The government has opened its long-mooted review into cutting red tape in higher education.
It was in July 2020 that the business secretary, Alok Sharma, unveiled the government’s Research and Development Roadmap to turn the UK into a “science superpower”, in part by reducing bureaucracy.
September saw universities minister, Michelle Donelan, speaking of the government’s intention to cut distractions from universities’ core teaching and research roles, and then, in March this year, it was announced that Professor Adam Tickell would lead a review of research bureaucracy.
“Ultimately, this should translate to making a real difference to the work of our research teams – that will be the true test of whether we have succeeded,” said Prof Tickell, vice-chancellor of the University of Sussex.
His team is in the process of holding evidence gathering meetings across the UK, as well as inviting written submissions from stakeholders across the UK research sector, on how to achieve a ‘substantial reduction in unnecessary research bureaucracy in government and the wider sector’.
Stressing that ‘the aim is to reduce bureaucracy, not move it to another part of the system’, the review team are seeking answers to such questions as:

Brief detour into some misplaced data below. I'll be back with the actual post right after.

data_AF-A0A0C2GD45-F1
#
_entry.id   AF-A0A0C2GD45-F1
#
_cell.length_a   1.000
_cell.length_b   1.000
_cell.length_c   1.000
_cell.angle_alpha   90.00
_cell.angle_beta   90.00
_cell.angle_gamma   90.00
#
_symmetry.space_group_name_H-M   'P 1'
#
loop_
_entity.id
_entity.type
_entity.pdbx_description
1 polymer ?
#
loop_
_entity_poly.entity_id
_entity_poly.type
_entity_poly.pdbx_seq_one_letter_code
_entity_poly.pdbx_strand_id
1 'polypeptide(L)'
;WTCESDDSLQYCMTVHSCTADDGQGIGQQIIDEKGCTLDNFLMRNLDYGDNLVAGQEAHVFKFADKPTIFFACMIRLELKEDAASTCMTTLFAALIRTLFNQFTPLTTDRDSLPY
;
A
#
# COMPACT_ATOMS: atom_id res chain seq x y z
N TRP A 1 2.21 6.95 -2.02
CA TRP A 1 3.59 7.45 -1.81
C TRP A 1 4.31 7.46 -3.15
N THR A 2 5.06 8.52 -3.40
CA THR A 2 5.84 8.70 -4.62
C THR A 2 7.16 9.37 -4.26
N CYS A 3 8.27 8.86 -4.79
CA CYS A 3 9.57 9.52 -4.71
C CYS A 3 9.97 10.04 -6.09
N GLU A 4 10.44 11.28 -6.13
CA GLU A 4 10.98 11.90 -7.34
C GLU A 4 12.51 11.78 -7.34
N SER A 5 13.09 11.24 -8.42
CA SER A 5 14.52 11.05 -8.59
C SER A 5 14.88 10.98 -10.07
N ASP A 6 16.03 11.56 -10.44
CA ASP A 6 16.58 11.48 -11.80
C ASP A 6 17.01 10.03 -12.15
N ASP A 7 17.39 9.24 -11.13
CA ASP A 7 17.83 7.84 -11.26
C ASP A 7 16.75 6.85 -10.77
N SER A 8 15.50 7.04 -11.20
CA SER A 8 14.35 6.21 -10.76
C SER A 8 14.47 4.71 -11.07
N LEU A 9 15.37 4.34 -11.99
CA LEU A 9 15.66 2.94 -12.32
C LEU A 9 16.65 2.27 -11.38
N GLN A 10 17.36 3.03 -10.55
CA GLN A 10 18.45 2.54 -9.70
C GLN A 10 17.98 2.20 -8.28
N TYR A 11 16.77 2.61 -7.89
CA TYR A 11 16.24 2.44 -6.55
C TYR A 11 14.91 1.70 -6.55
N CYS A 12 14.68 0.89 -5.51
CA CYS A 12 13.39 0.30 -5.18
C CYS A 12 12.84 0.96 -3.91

- What are the main sources of unnecessary bureaucracy that need to be considered?
- What specific changes could bring the biggest reduction in unnecessary bureaucracy?
- What would best help the application and post-award assurance processes?
- What lessons can you share in identifying and bringing in improvements in efficiency?
The review is focusing primarily on higher education institutions and research organisations. Its success, says the government, may be measured by:
- Resource spent on administering the grant system being proportionate and offering value for money
- Significant reduction of unnecessary reporting and monitoring systems
- Clear refocusing of remaining bureaucracy onto the highest priority areas
“The UK is home to some of the world’s leading scientists and researchers and their response to the coronavirus pandemic has shone a light on the vital need for them to be able to carry out their groundbreaking work at pace,” said science minister, Amanda Solloway, when the review was announced.
“This review will identify how we can free up our brightest minds from unnecessary red tape so they can continue making cutting-edge discoveries, while cementing UK’s status as a science superpower.”
Interim findings are due in the autumn and the full report is slated to be published early next year.